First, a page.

EPD Chief Chris Skinner made an appearance before the Oregon Legislature to defend the state law allowing police forces to declare unlawful assemblies.
State representatives are currently debating on a measure to repeal the law, which has been used by police in Portland, Salem, and Eugene as a pretext for crowd dispersal. Most recently, it was used in Eugene after a fight broke out at the Jan. 9 fascist rally in front of the Federal courthouse, but was quickly rescinded after things settled down.
Skinner, speaking as a representative of Oregon’s police and sheriffs associations, said that the law was necessary to prevent “extreme violence” during protests and rallies.
“Repealing this statute will eliminate a valuable tool that law enforcement uses to disperse unlawful gatherings and de-escalate tensions when violence and threats to community safety become likely,” Skinner said.
As currently written, the law allows police to make arrests before any crimes have been committed, but lawyers for the American Civil Liberties Union–which is leading the charge to repeal the law–noted that “police in Portland have regularly declared Black Lives Matter protests to be unlawful assemblies but not gatherings of white supremacists, which are sometimes violent.”
ACLU representatives said that similar laws have already been repealed in other states as violations of First Amendment guarantees of free speech and assemblies.
The legislature plans to vote on a slate of police reform bills by March.
Remember How the City Said It Wasn’t Going to Evict the City’s Unhoused Encampments?
Well, they did it anyway.
Matthew O-G over at Solidarity News has a great write-up on the ongoing sweeps in Eugene.
Memory Care Workers in Springfield Announce Formation of Union
The nascent union is demanding immediate recognition of their union, formed under SEIU 503, as well concrete steps to protect both workers and the residents of the long-term care facility. Onelife, the parent company of The Rawlin, has so far declined to recognize the union. As a result, workers plan to go on strike starting next week.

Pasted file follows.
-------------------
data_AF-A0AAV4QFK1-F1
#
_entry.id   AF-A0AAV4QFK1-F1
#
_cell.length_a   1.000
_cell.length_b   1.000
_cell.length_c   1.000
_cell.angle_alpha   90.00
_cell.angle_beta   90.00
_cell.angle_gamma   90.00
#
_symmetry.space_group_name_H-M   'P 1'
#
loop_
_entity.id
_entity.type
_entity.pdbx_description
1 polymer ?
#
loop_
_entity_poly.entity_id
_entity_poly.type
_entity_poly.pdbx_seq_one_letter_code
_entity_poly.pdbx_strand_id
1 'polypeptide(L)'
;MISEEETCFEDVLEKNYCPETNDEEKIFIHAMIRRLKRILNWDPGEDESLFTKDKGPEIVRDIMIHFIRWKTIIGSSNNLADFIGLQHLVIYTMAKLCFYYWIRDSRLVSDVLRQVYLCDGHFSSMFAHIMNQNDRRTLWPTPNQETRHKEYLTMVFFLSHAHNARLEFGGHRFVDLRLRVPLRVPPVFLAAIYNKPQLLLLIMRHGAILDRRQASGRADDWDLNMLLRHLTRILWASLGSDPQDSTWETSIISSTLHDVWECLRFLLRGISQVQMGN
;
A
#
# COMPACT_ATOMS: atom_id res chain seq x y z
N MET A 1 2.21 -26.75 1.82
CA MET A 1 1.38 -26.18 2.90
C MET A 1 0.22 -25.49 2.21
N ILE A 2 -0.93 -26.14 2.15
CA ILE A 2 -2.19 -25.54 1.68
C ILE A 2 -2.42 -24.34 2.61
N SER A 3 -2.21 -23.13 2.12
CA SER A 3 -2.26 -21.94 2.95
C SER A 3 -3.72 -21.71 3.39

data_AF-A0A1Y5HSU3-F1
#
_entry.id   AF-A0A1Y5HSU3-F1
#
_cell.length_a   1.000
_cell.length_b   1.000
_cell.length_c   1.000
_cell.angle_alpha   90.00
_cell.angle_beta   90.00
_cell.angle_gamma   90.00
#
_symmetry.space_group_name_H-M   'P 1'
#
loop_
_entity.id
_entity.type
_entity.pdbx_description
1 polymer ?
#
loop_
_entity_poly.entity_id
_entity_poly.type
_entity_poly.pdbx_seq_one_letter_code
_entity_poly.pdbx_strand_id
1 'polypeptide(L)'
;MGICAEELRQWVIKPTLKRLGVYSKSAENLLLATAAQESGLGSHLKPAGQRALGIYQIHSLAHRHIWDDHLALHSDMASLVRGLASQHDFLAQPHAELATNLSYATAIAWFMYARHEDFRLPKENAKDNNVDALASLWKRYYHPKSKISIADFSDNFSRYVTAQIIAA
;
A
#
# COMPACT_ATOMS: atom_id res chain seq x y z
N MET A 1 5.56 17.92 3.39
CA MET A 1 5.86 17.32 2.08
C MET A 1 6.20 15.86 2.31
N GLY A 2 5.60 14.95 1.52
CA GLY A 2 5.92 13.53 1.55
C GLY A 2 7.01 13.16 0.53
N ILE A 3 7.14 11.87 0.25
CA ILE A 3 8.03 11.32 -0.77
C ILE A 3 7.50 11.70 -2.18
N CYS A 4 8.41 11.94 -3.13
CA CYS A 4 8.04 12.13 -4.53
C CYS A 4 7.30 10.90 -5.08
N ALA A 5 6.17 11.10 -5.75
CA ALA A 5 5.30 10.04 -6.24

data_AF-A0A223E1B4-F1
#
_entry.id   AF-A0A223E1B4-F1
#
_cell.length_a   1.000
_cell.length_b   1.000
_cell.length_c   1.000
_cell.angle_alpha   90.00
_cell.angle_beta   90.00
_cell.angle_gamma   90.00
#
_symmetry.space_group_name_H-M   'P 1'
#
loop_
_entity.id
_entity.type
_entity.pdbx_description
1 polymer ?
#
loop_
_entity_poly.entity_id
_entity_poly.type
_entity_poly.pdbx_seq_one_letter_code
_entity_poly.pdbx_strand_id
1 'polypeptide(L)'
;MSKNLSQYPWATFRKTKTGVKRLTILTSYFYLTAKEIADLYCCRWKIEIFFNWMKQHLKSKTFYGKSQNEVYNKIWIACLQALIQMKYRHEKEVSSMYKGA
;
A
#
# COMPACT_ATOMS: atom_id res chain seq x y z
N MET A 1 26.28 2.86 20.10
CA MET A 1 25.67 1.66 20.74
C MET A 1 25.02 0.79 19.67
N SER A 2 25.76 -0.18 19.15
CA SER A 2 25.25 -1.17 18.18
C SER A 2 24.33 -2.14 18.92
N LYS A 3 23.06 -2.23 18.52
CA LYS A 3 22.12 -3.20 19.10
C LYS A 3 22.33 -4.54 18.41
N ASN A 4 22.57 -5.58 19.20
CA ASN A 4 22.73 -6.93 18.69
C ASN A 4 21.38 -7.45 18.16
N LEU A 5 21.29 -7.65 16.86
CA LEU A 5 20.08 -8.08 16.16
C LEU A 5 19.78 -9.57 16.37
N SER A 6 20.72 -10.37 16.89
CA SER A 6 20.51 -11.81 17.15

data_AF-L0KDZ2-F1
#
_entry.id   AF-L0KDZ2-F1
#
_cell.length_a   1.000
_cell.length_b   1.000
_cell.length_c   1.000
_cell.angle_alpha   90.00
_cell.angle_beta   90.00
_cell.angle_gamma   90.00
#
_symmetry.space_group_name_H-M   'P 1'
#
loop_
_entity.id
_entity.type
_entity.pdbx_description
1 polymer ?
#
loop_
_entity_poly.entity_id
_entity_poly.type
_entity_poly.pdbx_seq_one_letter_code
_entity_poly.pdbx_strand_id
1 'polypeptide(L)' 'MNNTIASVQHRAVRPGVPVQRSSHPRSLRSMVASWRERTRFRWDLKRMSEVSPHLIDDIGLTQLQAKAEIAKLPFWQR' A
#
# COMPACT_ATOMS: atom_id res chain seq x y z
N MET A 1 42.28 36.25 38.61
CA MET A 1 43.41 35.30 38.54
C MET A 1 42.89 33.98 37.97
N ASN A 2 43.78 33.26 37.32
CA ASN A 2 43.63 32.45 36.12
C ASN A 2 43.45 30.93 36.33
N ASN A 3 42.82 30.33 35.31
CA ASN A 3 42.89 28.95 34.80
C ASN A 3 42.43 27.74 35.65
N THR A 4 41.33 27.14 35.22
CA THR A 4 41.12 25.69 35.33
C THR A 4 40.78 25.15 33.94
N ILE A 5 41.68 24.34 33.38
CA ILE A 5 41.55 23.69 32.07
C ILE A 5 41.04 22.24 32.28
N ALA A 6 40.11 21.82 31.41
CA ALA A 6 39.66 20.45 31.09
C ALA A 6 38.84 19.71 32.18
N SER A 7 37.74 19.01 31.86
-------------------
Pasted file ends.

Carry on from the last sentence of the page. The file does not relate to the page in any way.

The facility is currently experiencing an outbreak of COVID-19 that has already claimed the lives of six elderly patients. Studies have shown that COVID mortality rates at unionized nursing homes are 30% lower than facilities without unions.
After Rawlin workers announced their intent to unionize, the SEIU released a series of videos with testimony from workers about the conditions they experienced on the job. They’re available on YouTube.
New From DSM
In their latest column, Janusz Malo wrote about how the Queer community will benefit from Oregon’s move to decriminalize drugs
Coming Soon: A Deep Dive into Eugene’s History of Unrest
On Monday, DoubleSided Media will be releasing the first of a whopping SEVEN PART SERIES on Eugene’s history of protest, activism, and unrest, written by Editor-in-Chief MG Belka and Editor-at-Large James Croxton.
The series will explore how Eugene transformed itself from a working-class timber town to a center of unrest, how the city’s neoliberal establishment co-opts protest movements, and how the recent incursion of far-right agitators is rooted in over a century of racist resent in the southern Willamette Valley.
The following Monday, Feb. 22, the authors will host a live Q&A, where readers will be able to pick their brains on all the strange little quirks they’ve learned about this town’s history and learn even more from the people who experienced it for themselves.
We worked hard on this story, and we certainly hope you like what we’ve created.
Here’s Something Kinda Weird
You ever notice that the Register-Guard puts their protest coverage in the “Business” section of their website?